- Lars Stindl's goal wins the trophy for Germany
- Chile fail to make dominance pay
- Relive: As it happened, stats and more
Germany have won the FIFA Confederations Cup for the first time after a 1-0 victory over Chile at the Saint Petersburg Stadium.
A crowd of 57,268 watched the South American champions waste chance after glorious chance, leaving Joachim Low's young side as champions by virtue of Lars Stindl's 20th-minute strike.
Chile utterly dominated the early exchanges, and could have been several goals ahead but for some wayward finishing, fine goalkeeping and last-ditch defending. But Germany are masters at punishing teams for such wastefulness and took the lead completely against the run of play after 20 minutes.
The goal was the stuff of nightmares for Marcelo Diaz, who found himself pick-pocketed by the alert and unselfish Timo Werner and could only watch as the striker drew Claudio Bravo from his goal and teed up Stindl for the simplest of tap-ins.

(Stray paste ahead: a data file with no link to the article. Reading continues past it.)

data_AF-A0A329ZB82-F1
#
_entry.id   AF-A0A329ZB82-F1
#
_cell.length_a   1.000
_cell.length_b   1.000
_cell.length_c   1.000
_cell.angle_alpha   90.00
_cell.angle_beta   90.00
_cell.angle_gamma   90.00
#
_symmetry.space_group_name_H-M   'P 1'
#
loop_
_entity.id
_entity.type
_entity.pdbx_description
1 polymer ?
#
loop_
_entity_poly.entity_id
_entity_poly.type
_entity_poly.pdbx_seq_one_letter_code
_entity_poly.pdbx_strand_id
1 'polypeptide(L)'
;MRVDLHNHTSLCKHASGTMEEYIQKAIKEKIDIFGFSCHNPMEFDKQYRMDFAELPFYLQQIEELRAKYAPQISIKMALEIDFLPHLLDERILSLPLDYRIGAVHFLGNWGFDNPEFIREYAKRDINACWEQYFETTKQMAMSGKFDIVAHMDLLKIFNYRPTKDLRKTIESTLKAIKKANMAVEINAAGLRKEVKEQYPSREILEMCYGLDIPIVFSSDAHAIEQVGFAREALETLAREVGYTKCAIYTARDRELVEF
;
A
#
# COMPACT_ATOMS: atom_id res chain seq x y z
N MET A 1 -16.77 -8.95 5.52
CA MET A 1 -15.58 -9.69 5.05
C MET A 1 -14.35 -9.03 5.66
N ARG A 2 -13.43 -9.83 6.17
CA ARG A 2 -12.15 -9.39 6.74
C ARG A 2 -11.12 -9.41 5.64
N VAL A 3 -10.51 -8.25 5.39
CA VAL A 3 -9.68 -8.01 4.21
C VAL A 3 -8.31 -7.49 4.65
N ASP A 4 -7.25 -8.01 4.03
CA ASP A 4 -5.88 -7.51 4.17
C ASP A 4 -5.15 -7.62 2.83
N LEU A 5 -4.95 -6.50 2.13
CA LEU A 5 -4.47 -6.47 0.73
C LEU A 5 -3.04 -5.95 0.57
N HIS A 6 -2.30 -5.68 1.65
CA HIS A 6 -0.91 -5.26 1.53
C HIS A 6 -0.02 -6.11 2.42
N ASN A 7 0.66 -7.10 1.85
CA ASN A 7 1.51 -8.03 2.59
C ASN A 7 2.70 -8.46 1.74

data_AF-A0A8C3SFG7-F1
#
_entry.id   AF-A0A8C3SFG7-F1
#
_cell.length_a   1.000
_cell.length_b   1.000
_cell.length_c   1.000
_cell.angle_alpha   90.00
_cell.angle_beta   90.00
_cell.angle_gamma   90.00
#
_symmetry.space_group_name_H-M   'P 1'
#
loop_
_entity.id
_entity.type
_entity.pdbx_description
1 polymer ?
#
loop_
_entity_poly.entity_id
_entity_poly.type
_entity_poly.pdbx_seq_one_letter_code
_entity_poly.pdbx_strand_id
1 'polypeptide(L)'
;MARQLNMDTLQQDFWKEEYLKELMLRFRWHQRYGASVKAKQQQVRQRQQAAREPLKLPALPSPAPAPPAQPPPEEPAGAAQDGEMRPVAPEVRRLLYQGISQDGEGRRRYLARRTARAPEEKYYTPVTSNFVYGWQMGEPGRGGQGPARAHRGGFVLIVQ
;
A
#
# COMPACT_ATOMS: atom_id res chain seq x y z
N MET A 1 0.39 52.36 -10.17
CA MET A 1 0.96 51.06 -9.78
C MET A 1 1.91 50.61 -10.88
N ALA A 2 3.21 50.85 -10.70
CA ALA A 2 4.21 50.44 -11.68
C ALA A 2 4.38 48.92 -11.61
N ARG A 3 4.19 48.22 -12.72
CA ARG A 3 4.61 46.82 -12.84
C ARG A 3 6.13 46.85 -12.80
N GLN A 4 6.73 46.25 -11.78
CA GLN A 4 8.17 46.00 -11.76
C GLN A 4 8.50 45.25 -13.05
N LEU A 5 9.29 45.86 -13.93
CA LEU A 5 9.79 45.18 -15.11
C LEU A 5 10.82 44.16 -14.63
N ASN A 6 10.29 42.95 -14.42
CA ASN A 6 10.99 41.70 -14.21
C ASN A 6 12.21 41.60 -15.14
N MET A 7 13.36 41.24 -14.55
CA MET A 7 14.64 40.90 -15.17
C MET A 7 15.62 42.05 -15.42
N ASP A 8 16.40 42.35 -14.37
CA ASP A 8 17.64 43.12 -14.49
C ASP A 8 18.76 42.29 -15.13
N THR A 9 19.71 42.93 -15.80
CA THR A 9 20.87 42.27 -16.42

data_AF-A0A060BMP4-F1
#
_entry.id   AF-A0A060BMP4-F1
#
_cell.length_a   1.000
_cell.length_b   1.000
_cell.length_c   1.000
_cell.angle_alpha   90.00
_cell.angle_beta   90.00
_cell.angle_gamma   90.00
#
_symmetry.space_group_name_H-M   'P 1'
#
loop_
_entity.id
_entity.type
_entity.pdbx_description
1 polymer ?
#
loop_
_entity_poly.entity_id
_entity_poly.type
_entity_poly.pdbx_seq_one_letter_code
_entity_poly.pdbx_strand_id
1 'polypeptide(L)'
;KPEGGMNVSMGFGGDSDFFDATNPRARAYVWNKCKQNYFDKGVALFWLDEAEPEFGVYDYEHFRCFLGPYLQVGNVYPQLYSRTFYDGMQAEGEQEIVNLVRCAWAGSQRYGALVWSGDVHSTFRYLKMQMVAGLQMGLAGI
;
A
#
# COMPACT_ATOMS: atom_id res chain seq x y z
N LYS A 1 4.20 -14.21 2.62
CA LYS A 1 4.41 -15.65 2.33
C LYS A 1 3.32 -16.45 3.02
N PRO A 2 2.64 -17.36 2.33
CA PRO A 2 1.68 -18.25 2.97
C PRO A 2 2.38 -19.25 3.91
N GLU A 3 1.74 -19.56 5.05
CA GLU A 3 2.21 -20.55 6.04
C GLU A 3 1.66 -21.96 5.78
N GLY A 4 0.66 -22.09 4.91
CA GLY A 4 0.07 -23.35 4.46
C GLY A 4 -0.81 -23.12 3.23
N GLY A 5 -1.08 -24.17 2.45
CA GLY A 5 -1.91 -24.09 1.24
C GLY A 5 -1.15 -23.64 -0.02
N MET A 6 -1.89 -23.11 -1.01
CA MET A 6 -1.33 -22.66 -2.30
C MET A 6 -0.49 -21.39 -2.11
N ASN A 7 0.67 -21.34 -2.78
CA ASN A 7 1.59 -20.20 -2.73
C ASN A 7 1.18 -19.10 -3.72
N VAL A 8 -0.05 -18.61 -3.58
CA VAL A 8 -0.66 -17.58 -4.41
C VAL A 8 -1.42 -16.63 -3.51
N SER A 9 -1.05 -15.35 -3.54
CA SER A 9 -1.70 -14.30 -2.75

Germany's youthful side seemed to relax thereafter but found themselves under siege again in the second half, with substitute Angelo Sagal missing the best of the opportunities Chile created.
FIFA.com team reporter analysis
"Chile had complete control of the game before the defensive mistake that led to Germany's goal. From that moment, La Roja tried everything to even the score, even if this meant taking more risks than usual. But nothing came off. Pizzi ended up playing with three forwards, two attacking midfielders and his two full-backs as wingers, and his side still couldn't find a way to goal."
Diego Zandrino, Chile team reporter
"There is no doubt that many things did not quite work out today as Die Mannschaft might have envisioned before the game. With Chile creating several big chances, they were fortunate not to concede. However, in this final they once more proved very clinical in front of goal, a quality that might have been expected from their more experienced opponents."
Steffen Potter, Germany team reporter
Budweiser Man of the Match
Outstanding in the semi-final win over Mexico, Marc-Andre ter Stegen excelled once again with a display of sharp reflexes and secure handling. Germany have found a worthy rival to Manuel Neuer.
years and four months is the average age of this Germany squad, making them the youngest champions in the history of the Confederations Cup. Not one of their players at Russia 2017 was over the age of 30.
— #ConfedCup (@FIFAcom) July 2, 2017